A legal secretary is an administrative assistant trained exclusively in the field of law. Through a comprehensive and specialized training program, legal secretaries are proficient at handling all administrative duties within a law office or legal department setting.
Although the terms legal secretary and paralegal are often interchanged with one another, these two terms describe distinctly different professions. A legal secretary serves in more of an clerical capacity, typing, transcribing and filing, while a paralegal typically assumes more legal responsibility, often writing legal drafts and creating legal correspondence on behalf of the attorney.
However, many legal secretaries go on to become paralegals after obtaining an associate’s degree in paralegal studies and gaining professional certification.
Legal Secretary Job Functions
Employed in a number of settings, including law firms and legal departments within private corporations, insurance companies and real estate firms, legal secretaries may perform a number of daily tasks, including:
- Arranging for the delivery of legal paperwork
- Typing correspondence and legal paperwork
- Transcribing court proceedings and other recorded meetings
- Scheduling, coordinating and confirming court dates, appointments, and meetings
- Conducting research in legal matters
In smaller law firms, it is also not unusual for legal secretaries to also answer phones and greet clients.
Legal secretaries must have excellent phone and computer skills and must be able to effectively perform a number of routine tasks at a moments notice:
- Maintain calendars and schedules for a number of attorneys
- Develop and maintain a comprehensive and organized billing system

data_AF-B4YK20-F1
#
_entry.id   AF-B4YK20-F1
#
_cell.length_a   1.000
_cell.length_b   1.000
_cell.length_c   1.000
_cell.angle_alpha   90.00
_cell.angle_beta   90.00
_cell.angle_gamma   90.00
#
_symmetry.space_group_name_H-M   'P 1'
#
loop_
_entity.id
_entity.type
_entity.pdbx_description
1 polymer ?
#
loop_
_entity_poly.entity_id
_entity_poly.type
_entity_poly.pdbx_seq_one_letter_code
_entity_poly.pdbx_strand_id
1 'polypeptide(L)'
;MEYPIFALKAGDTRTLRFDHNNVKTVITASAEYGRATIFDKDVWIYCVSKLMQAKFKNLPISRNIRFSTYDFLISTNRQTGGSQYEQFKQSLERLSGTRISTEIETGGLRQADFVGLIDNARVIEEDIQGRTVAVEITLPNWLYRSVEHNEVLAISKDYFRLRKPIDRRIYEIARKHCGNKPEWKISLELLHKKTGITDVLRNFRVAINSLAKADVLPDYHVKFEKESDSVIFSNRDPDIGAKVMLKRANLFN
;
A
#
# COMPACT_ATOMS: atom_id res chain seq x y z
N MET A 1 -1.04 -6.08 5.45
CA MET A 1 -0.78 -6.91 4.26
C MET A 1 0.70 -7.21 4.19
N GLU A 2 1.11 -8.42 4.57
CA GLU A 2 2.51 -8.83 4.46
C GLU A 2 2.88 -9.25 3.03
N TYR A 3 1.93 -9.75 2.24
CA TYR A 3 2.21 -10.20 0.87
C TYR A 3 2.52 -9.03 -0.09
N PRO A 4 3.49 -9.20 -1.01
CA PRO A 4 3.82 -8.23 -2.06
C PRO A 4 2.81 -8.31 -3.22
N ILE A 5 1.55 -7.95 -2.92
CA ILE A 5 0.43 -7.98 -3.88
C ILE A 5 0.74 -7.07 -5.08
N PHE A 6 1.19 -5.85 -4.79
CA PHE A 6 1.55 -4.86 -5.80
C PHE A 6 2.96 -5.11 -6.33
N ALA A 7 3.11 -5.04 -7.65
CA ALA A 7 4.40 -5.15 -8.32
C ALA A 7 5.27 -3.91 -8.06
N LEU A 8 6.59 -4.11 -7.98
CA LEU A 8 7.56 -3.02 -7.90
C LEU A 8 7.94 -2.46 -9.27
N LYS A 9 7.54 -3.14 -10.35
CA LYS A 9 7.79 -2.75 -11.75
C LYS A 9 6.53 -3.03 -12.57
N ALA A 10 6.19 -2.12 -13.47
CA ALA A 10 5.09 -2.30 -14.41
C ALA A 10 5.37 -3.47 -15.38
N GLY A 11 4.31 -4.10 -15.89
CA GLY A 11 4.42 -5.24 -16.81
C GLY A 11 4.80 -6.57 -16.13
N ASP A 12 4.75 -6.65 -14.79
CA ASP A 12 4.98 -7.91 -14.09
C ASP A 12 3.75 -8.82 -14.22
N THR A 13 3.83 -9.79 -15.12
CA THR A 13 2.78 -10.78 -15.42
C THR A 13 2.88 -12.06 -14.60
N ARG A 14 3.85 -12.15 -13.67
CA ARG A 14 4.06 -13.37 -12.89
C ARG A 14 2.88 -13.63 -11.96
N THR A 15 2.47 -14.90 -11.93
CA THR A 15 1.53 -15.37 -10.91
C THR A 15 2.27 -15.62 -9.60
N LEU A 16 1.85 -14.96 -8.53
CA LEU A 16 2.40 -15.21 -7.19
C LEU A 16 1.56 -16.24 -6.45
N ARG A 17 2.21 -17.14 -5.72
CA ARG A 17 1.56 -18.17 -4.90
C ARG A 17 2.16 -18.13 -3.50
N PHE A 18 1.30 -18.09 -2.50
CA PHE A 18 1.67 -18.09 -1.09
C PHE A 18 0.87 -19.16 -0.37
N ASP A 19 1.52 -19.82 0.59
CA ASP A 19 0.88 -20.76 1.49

- Ensure all billable hours are accurately recorded
- Understand the basics of a number of court documents, such as summons and subpoenas make travel arrangements
- Arrange for the filing of court documents
The Role of the Legal Secretary Within Law Offices and Practice Settings
Similar to lawyers and other law professionals, legal secretaries often specialize in certain areas of law, such as family law, contract law, or will and estates. If a legal secretary specializes in trial law and works for a trial lawyer, accompanying the lawyer to court to take notes for the trial is also commonplace.
Legal secretaries serve as trusted members of a law firm, as they must ensure precision in their work; respect strict confidentiality requirements; organize, classify, and categorize mountains of paperwork associated with complex cases; and navigate the often-complex legal and billing software.
Successful legal secretaries possess many of the same qualities as paralegals and even attorneys do, such as:
- Attention to detail
- Keen observation skills
- Excellent time management skills
- Strong organizational skills
- Impressive communication skills
Further, legal secretaries must possess excellent judgment and make important decisions within the scope of their duties on a daily basis.